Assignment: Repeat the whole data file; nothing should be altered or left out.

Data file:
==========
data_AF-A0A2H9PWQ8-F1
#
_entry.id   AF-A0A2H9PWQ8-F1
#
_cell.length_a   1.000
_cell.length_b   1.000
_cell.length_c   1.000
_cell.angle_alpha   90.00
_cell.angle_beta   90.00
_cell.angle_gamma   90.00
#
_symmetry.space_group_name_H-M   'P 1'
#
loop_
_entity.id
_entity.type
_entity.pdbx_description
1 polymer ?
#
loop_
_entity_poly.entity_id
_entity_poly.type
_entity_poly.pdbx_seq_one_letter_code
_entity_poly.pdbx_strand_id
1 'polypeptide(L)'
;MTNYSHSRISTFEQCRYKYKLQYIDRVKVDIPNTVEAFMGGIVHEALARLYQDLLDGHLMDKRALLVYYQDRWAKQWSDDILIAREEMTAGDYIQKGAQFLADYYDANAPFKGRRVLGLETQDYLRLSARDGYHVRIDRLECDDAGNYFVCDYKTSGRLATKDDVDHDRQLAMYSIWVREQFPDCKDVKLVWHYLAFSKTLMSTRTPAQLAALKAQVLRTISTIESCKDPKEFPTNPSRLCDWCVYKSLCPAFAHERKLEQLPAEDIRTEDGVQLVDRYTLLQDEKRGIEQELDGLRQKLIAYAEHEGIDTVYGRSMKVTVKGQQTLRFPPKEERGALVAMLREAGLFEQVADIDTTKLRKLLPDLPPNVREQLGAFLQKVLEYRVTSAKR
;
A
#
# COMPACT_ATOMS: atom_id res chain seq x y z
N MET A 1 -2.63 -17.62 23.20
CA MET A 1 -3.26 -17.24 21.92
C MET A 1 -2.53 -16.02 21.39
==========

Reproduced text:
data_AF-A0A2H9PWQ8-F1
#
_entry.id   AF-A0A2H9PWQ8-F1
#
_cell.length_a   1.000
_cell.length_b   1.000
_cell.length_c   1.000
_cell.angle_alpha   90.00
_cell.angle_beta   90.00
_cell.angle_gamma   90.00
#
_symmetry.space_group_name_H-M   'P 1'
#
loop_
_entity.id
_entity.type
_entity.pdbx_description
1 polymer ?
#
loop_
_entity_poly.entity_id
_entity_poly.type
_entity_poly.pdbx_seq_one_letter_code
_entity_poly.pdbx_strand_id
1 'polypeptide(L)'
;MTNYSHSRISTFEQCRYKYKLQYIDRVKVDIPNTVEAFMGGIVHEALARLYQDLLDGHLMDKRALLVYYQDRWAKQWSDDILIAREEMTAGDYIQKGAQFLADYYDANAPFKGRRVLGLETQDYLRLSARDGYHVRIDRLECDDAGNYFVCDYKTSGRLATKDDVDHDRQLAMYSIWVREQFPDCKDVKLVWHYLAFSKTLMSTRTPAQLAALKAQVLRTISTIESCKDPKEFPTNPSRLCDWCVYKSLCPAFAHERKLEQLPAEDIRTEDGVQLVDRYTLLQDEKRGIEQELDGLRQKLIAYAEHEGIDTVYGRSMKVTVKGQQTLRFPPKEERGALVAMLREAGLFEQVADIDTTKLRKLLPDLPPNVREQLGAFLQKVLEYRVTSAKR
;
A
#
# COMPACT_ATOMS: atom_id res chain seq x y z
N MET A 1 -2.63 -17.62 23.20
CA MET A 1 -3.26 -17.24 21.92
C MET A 1 -2.53 -16.02 21.39